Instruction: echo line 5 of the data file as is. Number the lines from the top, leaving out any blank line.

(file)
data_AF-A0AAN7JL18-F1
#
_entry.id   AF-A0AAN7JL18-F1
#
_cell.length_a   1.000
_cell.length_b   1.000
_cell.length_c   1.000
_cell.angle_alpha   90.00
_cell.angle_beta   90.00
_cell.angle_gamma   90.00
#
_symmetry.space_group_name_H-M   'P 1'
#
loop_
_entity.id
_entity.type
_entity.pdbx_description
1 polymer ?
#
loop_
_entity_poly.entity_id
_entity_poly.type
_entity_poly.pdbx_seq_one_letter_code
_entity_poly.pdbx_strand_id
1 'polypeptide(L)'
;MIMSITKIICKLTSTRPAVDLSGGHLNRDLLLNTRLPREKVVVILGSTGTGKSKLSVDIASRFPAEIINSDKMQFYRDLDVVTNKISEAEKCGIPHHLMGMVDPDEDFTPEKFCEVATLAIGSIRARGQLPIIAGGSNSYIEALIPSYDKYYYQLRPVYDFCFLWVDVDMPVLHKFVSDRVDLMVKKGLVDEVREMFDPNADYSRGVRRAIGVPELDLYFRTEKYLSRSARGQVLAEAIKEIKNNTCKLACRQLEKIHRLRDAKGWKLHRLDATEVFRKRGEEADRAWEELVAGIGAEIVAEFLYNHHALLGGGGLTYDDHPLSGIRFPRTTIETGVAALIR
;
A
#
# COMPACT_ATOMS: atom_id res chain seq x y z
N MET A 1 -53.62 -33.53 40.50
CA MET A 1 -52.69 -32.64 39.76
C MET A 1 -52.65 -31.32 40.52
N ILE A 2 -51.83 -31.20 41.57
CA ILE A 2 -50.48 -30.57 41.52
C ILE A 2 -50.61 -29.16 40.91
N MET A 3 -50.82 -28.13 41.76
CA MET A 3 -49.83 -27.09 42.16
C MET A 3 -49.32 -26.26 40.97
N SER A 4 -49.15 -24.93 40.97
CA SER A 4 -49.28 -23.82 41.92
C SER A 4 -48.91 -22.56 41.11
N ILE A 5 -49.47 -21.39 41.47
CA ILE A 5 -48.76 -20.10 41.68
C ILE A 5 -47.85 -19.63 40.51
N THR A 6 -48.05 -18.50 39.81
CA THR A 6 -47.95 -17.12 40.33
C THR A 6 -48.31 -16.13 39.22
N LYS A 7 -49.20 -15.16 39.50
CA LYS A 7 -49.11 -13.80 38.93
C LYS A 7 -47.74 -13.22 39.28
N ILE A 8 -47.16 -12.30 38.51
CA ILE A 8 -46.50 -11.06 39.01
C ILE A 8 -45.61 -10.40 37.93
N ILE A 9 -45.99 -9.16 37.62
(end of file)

_cell.length_a   1.000